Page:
Low 80s By Thursday; Severe Storms Possible Friday Night

| March 21, 2023 @ 2:55 pm

WARMING TREND BEGINS: Temperatures are in the 57-65 degree range across much of Alabama this afternoon with a partly to mostly sunny sky; clouds are thicker across the Tennessee Valley, where a few sprinkles are showing up on radar. Rain will move across Tennessee this evening… staying generally north of Alabama. For a change, we stay above freezing tonight with lows mostly in the 40s.

Tomorrow will feature a mix of sun and clouds with a high in the low 70s; a few showers are possible over extreme North Alabama, mainly north of the Tennessee River. Then, on Thursday as the warming trend continues, we rise into the low 80s with a good supply of sunshine.

FRIDAY AND THE WEEKEND: The day Friday will be warm and breezy with a high back in the low 80s. Then a cold front will push an organized band of showers and thunderstorms into the state Friday into early Saturday morning. SPC maintains a risk of severe thunderstorms for Northwest Alabama in their “Day 4” outlook…

We note the local NWS office at Birmingham has all of their CWA (County Warning Area) in a severe weather risk, and SPC will most likely expand their risk area tomorrow. A line of severe storms will likely move through the state in the window from 10:00 p.m. Friday through 6:00 a.m. Saturday, and damaging straight line winds will be the primary threat. However, forecast wind profiles suggest a few tornadoes are possible as well.

Rain ends early Saturday, followed by a clearing sky Saturday afternoon. Clouds return quickly Sunday, however, and new model data suggests rain could moe back into the state as early as Sunday afternoon. The air will be unstable, and a few thunderstorms will be involved. If the sun can break out, the high Saturday will be close to 80, followed by 70s Sunday.

NEXT WEEK: The weather stays unsettled Monday with a chance of showers and thunderstorms both days… new model data showers drier air moving into the state Tuesday. The latter half of the week looks dry and mild for now. Highs will remain in the 70s through the week for most of Alabama. See the video briefing for maps, graphics, and more details.

ON THIS DATE IN 1932: The March 21, 1932, generational tornado outbreak unfolded across Alabama. At least 36 tornadoes—including 27 killers and several long-lived tornado families occurred across the Deep South, and Alabama was the hardest hit. The March 24th headline of The Tuscaloosa News stated that the death toll rose to 300, 32 of whom had died in Northport, and 2,500 were known to be injured. The Red Cross worked tirelessly to rehabilitate approximately “10,000 people left homeless in Alabama, Georgia, and Tennessee. According to The Tuscaloosa News, in Alabama alone, there are more than “8,000 whose domiciles were blown to the four winds.” Quite frankly, to this day, we don’t know the exact number of people who died. Keep in mind there were no tornado warnings in 1932.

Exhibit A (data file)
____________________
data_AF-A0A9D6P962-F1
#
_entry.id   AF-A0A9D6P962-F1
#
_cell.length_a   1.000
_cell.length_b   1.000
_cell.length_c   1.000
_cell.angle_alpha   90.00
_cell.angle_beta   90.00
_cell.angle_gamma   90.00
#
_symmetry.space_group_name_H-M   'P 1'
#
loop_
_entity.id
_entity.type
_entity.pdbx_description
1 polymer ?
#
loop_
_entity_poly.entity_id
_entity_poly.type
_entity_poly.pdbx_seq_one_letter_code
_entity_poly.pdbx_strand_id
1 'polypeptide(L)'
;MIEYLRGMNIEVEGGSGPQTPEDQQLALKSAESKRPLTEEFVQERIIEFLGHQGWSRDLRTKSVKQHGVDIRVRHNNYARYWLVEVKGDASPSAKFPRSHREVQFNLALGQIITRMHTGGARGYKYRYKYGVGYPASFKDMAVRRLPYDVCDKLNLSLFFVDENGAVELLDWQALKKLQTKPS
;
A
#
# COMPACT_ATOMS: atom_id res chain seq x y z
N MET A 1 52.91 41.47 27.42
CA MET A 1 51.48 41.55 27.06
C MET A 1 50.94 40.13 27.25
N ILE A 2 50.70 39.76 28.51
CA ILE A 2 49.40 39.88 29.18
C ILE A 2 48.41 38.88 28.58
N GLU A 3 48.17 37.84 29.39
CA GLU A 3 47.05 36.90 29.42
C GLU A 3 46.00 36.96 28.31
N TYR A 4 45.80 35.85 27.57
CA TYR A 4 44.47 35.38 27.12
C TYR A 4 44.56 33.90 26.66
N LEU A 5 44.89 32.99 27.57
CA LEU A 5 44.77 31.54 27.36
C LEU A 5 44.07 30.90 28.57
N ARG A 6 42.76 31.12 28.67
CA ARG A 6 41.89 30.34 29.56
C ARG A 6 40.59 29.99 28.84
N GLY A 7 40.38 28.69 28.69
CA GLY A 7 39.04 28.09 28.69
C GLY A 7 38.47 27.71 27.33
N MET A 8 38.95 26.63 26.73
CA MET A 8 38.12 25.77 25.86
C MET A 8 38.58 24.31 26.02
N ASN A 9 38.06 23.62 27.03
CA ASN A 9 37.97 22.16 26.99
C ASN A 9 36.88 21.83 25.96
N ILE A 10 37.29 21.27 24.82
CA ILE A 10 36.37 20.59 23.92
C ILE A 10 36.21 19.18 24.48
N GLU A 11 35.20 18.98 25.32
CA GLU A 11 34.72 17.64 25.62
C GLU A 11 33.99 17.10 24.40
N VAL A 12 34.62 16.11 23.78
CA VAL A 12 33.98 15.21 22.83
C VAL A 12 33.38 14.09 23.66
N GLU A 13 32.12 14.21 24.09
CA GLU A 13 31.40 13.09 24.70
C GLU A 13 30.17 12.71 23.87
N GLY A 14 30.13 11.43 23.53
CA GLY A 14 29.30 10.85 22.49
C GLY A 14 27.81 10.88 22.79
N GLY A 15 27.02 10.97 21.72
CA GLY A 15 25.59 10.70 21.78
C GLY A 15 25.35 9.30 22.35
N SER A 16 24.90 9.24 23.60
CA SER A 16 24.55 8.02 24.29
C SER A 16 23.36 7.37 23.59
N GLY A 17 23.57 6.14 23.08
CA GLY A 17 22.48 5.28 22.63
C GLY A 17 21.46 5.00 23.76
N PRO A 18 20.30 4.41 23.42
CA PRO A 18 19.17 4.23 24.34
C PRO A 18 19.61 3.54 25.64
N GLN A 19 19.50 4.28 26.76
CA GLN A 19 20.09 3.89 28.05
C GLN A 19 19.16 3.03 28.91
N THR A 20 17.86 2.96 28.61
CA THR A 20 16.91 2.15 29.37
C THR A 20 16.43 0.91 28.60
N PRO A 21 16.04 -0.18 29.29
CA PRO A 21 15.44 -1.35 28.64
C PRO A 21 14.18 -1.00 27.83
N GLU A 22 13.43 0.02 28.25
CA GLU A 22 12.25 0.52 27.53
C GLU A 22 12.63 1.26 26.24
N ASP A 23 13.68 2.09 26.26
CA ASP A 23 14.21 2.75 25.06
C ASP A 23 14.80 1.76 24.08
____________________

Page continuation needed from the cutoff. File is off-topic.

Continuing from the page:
Chilton County was hit extremely hard with 58 persons killed. The Union Grove community near Jemison was laid to waste. Doctors and nurses from Montgomery and Birmingham worked all night by lantern and flashlight to relieve the widespead suffering. In Clay County, one of the tornadoes remained on the ground for 30 miles cutting a path 400 yards wide. A new automobile became airborne and was carried through the air for a distance of 400 yards. 12 persons died in Clay County and 200 were injured. After the tornado, there were people living in the Clay County Courthouse. Sylacauga was hit by a violent tornado.

ON THIS DATE IN 1962: An estimated F3 tornado tore through the community of Weaver, in Calhoun County north of Anniston. This tornado occurred along the leading edge of a fast moving squall line. The squall line produced peak wind gusts of 58 miles an hour at Birmingham.

BEACH FORECAST: Click here to see the AlabamaWx Beach Forecast Center page.

Look for the next video briefing here by 6:00 a.m. tomorrow…

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Category: Alabama's Weather, ALL POSTS, Weather Xtreme Videos

About the Author ()

James Spann is one of the most recognized and trusted television meteorologists in the industry. He holds the AMS CCM designation and television seals from the AMS and NWA. He is a past winner of the Broadcast Meteorologist of the Year from both professional organizations.

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